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Why Highschoolers Are Hesitant to Use Their Voice

Juniors+Kirra+Fisher%2C+Matthew+Burdick%2C+Danielle+Villardi%2C+and+Taylor+Rohleen
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Why Highschoolers Are Hesitant to Use Their Voice

Juniors Kirra Fisher, Matthew Burdick, Danielle Villardi, and Taylor Rohleen

Juniors Kirra Fisher, Matthew Burdick, Danielle Villardi, and Taylor Rohleen

Photo Credit Marcie Fisher

Juniors Kirra Fisher, Matthew Burdick, Danielle Villardi, and Taylor Rohleen

Photo Credit Marcie Fisher

Photo Credit Marcie Fisher

Juniors Kirra Fisher, Matthew Burdick, Danielle Villardi, and Taylor Rohleen

Jazz Dawkins, Staff

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In this day and age, there’s a lot going on. A lot to debate about and to speak up for. There will always be an issue worth discussing, however, some groups of people aren’t always heard or given a platform. As a highschooler, I find it sometimes scary to share my views on some topics. I have no problem sharing my views on LGBT+ and female rights. I sometimes freeze on racial issues, but I am a little quieter when it comes to some political views. I don’t typically argue those topics unless otherwise provoked or questioned; otherwise, I only ever talk politically to my friends who share the same views as me. However, I know why I am hesitant. Sometimes I feel that I can’t be taken seriously by adults who often look at teens differently for having some kind of say in the political world. Although I feel that they shouldn’t look at teens any differently than they do adults seeing how we’re growing up in the me world as them and need to know what’s going on. I do feel personally that it depends on how “riled up” I get on a situation or conflict. If someone says something blatantly insensitive or ignorant then I’ll usually speak up. I think another thing to take into consideration is also the environment I’m in, so that might affect why I or other high schoolers are hesitant to speak up as well. Some Satellite students also weigh in on their take on this issue.

Junior Kate Narrign says, “I feel like adults don’t think we know what we’re talking about and that doubt from older people causes us to not say anything,” which is statement I also agree with. Junior Velouria Loya brings up a good point that sometimes “people are shy or don’t know when to chime in. [She thinks] it’s easy to start a political discussion nowadays, like really easy, [but she] just [doesn’t] know when to get into it. Also since I don’t even talk all that much, it’d be kinda weird that the only time I’d talk in class would be during something political”: another good point. However, students like Taylor Rohleen, Danielle Villardi, Matthew Burdick, and Kirra Fisher have no problem attending rallies for things they see important such as gun control, being vocal and and inviting people to those rallies and spreading the word on upcoming events. Junior Kirra Fisher is even the president of the Young Democrats/Progressives club at Satellite High.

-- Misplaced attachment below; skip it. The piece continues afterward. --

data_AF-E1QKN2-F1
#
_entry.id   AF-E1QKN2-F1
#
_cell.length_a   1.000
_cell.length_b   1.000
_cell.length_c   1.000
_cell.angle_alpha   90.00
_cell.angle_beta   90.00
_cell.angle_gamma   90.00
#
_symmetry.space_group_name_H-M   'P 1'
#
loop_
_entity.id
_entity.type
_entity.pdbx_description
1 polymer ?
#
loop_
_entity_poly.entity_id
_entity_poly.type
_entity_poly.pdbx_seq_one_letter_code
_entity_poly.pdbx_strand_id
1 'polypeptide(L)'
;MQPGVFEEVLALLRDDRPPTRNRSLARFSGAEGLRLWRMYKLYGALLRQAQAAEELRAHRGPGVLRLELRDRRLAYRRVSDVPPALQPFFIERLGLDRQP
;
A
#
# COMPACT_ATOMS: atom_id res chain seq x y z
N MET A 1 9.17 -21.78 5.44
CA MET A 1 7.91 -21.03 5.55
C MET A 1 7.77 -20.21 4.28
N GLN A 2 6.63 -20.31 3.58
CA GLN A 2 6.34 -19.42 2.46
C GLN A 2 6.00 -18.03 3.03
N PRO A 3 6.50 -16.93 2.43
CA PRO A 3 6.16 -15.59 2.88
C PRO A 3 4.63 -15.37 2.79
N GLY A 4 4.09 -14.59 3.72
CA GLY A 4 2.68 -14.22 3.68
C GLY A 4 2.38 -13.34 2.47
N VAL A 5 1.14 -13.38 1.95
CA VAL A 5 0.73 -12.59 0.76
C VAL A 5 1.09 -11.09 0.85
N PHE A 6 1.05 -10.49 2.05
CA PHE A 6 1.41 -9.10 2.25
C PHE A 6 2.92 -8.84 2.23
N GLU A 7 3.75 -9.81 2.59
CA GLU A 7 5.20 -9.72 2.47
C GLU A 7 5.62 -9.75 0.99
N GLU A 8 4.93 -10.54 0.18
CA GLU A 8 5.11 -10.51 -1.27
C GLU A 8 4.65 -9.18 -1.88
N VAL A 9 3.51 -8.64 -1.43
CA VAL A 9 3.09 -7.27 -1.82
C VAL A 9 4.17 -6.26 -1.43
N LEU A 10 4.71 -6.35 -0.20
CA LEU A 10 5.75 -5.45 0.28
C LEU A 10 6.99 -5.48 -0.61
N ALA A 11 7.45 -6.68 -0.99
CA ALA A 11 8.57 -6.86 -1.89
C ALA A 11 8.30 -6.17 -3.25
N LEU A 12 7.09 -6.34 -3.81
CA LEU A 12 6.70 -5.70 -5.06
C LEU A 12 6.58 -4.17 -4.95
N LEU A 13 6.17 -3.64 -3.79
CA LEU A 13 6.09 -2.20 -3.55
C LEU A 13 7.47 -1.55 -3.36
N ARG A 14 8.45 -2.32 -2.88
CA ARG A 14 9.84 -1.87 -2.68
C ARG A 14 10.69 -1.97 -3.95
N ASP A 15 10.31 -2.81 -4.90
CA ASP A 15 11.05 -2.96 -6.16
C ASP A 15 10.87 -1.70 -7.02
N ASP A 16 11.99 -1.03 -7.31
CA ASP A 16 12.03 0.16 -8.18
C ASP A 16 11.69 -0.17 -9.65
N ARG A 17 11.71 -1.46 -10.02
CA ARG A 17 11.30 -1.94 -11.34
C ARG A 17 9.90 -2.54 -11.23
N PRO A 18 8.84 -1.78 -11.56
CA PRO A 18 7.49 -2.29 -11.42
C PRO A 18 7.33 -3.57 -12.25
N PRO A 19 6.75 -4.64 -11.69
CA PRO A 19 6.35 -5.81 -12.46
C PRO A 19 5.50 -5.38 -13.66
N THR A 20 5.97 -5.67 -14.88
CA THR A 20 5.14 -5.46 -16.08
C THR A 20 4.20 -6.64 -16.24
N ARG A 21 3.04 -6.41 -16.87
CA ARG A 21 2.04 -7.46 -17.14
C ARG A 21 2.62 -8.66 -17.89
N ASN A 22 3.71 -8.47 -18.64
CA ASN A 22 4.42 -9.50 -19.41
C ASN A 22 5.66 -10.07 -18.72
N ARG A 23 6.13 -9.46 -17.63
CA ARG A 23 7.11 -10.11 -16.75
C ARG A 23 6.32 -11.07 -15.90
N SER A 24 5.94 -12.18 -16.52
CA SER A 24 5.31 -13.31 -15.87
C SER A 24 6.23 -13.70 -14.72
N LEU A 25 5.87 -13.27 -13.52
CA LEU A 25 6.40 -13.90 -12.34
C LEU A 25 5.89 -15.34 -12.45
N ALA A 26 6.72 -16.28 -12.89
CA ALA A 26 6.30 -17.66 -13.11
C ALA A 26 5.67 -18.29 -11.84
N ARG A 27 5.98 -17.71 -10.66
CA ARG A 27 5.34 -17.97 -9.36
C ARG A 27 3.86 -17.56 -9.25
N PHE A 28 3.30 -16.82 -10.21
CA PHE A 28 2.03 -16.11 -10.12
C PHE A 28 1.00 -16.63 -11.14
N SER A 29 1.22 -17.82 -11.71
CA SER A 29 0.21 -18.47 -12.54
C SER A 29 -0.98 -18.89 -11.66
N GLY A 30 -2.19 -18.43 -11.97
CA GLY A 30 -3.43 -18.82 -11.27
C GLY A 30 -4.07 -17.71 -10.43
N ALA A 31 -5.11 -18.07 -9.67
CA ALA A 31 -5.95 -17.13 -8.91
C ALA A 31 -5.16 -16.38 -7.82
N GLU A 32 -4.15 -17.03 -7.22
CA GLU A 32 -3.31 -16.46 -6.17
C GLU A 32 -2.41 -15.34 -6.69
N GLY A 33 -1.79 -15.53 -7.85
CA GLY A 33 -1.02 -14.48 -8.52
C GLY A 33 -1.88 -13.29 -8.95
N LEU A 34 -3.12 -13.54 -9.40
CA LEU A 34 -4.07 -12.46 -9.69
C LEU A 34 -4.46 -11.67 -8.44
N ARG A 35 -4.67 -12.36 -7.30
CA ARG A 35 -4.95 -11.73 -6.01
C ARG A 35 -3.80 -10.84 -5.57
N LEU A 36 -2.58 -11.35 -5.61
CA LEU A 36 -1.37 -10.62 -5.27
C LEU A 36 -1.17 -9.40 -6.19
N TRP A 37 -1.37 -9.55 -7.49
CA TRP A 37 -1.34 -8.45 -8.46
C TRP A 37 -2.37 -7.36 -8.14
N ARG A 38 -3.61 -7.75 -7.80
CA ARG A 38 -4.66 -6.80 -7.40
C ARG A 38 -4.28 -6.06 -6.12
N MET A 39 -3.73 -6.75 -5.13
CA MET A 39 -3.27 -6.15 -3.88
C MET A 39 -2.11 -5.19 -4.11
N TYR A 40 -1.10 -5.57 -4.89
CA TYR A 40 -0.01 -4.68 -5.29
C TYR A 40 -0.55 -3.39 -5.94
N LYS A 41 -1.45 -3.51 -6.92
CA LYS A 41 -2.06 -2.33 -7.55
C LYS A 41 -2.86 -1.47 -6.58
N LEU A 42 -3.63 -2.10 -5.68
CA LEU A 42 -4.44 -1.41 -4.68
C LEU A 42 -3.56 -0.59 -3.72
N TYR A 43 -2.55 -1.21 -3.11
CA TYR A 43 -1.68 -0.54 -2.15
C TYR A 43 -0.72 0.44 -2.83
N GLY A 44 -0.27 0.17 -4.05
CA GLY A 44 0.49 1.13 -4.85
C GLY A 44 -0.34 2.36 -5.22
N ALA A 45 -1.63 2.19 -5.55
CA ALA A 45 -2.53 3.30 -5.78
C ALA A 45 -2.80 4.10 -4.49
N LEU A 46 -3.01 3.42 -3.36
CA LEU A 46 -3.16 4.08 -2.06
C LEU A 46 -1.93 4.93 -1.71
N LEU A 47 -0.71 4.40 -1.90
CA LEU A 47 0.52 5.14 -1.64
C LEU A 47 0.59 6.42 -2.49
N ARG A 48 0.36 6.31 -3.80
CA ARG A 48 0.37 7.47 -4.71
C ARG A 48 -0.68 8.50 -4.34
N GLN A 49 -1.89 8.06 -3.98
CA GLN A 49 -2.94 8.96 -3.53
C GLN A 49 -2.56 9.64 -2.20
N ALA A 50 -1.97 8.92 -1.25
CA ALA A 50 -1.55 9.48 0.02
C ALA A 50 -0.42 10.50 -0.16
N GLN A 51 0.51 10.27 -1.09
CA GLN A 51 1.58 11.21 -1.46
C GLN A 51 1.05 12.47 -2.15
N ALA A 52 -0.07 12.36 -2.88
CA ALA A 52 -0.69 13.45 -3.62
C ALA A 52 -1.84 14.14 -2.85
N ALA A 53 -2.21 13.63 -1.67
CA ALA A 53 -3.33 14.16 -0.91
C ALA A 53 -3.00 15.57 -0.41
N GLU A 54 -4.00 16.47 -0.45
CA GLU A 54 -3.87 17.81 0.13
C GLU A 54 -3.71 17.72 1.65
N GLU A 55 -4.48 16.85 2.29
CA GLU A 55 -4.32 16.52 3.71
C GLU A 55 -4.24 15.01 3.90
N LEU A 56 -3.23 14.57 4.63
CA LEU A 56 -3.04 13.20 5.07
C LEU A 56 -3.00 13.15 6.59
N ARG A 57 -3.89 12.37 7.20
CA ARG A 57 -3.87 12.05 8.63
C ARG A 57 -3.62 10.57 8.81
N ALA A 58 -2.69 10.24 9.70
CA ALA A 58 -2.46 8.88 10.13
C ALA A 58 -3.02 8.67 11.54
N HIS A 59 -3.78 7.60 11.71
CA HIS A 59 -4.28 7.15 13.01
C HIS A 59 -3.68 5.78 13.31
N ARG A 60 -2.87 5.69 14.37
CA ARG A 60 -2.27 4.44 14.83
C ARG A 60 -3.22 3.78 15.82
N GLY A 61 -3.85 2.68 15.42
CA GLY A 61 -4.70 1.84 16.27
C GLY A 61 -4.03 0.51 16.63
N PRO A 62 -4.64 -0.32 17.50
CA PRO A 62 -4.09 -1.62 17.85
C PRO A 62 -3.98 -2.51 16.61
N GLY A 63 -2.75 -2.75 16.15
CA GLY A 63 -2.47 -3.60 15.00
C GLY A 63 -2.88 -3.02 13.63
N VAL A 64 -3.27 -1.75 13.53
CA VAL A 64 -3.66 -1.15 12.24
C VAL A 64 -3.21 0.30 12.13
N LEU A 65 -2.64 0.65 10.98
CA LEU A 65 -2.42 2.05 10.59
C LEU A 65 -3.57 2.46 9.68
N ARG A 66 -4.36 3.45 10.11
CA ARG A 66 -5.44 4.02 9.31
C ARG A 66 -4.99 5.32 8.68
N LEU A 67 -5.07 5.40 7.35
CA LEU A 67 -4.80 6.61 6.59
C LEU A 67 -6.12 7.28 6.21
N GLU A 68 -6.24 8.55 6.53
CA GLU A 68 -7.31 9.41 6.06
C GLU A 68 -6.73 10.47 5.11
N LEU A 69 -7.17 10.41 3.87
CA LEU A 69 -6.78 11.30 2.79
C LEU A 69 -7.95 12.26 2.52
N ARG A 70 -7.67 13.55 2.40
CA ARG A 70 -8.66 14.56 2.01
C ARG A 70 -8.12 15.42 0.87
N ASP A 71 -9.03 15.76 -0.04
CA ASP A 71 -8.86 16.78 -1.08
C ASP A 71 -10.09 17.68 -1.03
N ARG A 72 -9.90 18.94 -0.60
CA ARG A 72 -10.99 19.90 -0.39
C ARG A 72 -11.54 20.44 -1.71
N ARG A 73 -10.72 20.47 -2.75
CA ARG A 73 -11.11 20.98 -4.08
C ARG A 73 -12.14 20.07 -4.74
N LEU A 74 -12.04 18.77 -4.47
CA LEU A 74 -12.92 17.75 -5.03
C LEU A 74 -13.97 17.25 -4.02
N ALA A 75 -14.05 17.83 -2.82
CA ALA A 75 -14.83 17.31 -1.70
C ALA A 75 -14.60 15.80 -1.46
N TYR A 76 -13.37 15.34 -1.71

Erasing the narrative that teens don’t know what they’re talking about would make it easier for them to talk as freely as adults do. I personally have heard some kinds who I didn’t think really care about some issues be very educated and I think we all fall short on realizations like that.

About the Writer
Jazz Dawkins, Staff

Hey I’m Jazz! I was in journalism and I guess I liked it because I’m returning as a junior this year. I enjoy writing opinion pieces but not as much...

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